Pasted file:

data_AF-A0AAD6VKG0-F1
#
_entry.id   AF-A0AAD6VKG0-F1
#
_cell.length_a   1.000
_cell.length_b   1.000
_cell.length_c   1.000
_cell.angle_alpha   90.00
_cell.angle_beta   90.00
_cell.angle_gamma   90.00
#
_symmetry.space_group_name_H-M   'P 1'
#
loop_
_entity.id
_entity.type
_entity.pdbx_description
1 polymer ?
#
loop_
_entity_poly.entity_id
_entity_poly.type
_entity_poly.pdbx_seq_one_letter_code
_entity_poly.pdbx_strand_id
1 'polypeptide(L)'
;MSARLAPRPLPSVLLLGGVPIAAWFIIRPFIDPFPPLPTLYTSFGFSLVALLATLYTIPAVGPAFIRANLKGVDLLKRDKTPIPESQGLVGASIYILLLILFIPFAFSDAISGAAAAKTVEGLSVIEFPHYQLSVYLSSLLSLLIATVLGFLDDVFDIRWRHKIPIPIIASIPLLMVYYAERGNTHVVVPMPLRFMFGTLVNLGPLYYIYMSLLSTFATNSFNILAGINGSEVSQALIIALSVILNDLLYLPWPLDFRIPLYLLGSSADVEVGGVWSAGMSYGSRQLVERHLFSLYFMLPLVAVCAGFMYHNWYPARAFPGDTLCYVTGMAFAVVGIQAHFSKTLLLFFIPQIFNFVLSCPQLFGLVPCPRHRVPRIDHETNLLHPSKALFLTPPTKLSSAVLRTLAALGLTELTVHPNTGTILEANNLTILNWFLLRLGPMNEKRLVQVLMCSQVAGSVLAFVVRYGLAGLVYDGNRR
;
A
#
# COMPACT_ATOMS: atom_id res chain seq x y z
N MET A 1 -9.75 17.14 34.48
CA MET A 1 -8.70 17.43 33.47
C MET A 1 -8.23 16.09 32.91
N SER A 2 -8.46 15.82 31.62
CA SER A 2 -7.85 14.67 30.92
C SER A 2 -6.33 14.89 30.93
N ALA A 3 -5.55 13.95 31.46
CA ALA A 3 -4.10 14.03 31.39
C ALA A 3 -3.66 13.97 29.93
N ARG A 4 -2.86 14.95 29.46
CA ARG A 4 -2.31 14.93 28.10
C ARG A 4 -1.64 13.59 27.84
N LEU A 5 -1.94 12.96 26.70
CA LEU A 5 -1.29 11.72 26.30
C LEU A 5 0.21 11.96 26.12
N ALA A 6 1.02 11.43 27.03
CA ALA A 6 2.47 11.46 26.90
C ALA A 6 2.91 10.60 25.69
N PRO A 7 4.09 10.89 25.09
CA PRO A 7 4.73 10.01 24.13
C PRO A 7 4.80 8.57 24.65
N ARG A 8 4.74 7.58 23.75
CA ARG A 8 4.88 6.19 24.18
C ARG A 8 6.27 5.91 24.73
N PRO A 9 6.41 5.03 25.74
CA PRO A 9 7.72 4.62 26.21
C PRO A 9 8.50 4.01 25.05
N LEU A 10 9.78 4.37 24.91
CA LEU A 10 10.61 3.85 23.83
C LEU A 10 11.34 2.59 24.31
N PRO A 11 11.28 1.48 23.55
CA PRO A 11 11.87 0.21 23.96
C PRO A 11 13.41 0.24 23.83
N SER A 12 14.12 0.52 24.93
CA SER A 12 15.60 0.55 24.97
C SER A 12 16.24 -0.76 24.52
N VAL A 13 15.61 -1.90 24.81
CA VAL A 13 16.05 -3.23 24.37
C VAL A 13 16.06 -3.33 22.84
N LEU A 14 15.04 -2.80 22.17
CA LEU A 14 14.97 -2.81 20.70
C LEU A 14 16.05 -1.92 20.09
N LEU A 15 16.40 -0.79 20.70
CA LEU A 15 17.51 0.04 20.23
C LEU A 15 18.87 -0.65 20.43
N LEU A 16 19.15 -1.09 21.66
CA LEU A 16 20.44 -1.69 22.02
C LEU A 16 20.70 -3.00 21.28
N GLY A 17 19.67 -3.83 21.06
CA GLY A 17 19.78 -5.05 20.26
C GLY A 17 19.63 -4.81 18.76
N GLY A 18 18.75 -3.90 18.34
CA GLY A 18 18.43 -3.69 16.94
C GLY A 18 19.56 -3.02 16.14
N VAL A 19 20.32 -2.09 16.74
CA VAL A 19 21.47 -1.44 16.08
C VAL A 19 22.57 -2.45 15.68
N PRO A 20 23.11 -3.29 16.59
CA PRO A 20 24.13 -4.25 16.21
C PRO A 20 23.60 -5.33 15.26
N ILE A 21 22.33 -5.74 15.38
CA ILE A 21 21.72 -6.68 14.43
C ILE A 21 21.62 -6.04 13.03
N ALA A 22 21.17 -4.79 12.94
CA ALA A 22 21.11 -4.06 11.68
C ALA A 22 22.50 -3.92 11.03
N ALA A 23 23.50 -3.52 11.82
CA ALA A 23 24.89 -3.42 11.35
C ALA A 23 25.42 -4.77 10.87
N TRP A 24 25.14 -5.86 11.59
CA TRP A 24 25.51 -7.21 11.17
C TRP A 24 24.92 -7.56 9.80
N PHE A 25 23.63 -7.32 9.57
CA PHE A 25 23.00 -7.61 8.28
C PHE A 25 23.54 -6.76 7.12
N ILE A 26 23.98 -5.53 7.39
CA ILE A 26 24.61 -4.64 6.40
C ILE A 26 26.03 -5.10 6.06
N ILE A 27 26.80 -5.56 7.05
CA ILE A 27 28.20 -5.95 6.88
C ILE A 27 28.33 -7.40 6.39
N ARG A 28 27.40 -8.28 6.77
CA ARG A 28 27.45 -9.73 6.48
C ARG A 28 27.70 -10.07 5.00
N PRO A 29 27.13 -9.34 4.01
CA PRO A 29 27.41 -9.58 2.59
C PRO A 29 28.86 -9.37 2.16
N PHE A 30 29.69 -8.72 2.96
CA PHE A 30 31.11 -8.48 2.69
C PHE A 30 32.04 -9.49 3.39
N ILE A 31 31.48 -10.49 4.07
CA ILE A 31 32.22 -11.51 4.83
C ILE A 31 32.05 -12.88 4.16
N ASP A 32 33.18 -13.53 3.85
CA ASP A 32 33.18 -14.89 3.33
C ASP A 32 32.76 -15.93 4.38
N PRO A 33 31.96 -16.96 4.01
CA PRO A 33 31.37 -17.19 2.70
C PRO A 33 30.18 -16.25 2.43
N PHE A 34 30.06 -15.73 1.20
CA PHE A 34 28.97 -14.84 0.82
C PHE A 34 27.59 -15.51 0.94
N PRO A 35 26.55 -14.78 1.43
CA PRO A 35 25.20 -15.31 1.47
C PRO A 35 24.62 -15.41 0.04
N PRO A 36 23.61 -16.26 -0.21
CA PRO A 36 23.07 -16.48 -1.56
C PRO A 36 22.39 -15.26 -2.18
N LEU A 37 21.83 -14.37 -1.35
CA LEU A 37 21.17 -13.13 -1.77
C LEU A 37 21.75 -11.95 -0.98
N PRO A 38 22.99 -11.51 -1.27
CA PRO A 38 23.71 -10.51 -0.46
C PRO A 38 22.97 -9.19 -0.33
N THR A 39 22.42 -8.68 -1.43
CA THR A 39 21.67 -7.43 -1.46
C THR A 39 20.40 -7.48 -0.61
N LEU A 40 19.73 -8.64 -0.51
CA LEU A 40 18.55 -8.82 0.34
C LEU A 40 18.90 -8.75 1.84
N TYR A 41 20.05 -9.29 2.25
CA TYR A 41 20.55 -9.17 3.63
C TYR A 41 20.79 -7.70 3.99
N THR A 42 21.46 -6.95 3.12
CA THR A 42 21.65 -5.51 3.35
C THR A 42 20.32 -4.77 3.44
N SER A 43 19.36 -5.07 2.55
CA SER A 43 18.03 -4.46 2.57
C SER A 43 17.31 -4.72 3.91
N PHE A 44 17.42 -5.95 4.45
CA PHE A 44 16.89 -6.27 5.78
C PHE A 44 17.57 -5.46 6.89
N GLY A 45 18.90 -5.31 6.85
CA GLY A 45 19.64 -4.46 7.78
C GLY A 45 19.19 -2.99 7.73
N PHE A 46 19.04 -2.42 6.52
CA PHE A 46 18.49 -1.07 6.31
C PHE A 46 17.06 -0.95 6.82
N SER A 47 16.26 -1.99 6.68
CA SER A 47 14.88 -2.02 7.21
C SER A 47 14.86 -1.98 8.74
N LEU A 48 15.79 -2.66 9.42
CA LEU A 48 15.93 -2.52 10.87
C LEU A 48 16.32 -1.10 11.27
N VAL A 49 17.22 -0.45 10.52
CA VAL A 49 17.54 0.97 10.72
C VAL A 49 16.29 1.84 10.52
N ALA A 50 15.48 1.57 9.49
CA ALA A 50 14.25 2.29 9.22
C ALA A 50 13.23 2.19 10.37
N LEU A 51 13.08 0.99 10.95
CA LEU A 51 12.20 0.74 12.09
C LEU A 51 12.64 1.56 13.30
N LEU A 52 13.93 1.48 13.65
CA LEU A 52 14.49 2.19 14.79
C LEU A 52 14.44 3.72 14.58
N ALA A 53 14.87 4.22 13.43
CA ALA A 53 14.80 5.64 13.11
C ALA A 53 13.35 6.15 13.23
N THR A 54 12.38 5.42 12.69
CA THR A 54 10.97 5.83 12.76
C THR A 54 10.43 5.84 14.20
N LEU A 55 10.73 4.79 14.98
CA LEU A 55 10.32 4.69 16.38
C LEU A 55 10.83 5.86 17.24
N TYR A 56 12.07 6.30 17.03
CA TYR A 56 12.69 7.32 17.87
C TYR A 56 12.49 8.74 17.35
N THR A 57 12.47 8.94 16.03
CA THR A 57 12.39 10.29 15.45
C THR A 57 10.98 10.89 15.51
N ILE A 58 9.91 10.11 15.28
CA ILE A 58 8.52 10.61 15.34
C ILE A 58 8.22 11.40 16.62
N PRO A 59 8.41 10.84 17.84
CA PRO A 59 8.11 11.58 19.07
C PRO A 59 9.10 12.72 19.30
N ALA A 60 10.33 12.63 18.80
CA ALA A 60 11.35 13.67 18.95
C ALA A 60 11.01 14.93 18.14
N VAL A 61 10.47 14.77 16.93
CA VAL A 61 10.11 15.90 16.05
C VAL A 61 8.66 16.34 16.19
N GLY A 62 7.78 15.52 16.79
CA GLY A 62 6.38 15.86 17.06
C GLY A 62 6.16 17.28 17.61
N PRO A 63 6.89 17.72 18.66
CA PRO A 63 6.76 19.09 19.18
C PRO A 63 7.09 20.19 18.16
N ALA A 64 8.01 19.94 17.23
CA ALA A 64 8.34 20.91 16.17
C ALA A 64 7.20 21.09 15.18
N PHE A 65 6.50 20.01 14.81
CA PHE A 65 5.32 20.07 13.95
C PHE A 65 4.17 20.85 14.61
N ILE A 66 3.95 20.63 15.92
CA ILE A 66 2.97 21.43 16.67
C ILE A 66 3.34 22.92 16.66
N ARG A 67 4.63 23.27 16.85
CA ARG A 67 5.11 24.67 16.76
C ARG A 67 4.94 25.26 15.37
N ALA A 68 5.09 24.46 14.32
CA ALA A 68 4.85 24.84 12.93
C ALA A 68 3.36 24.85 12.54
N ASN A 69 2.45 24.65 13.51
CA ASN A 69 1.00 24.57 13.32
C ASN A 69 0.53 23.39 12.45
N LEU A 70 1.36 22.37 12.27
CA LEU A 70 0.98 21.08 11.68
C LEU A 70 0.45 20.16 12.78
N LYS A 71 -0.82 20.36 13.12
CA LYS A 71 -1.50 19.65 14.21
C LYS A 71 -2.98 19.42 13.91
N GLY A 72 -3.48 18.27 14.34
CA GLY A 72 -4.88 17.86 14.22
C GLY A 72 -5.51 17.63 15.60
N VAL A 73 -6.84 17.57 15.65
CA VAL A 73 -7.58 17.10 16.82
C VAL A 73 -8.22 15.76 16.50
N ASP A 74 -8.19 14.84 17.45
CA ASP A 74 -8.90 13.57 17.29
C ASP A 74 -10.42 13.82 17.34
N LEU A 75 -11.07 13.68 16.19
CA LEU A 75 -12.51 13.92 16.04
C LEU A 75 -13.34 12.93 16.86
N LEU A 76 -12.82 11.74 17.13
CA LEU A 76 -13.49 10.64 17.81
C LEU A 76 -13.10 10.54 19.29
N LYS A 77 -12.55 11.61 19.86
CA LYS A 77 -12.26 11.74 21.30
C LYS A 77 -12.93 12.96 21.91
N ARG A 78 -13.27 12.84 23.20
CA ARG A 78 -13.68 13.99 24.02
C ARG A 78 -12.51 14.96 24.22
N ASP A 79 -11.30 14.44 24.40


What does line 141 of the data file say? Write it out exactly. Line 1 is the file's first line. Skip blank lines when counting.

C LEU A 37 21.75 -11.95 -0.98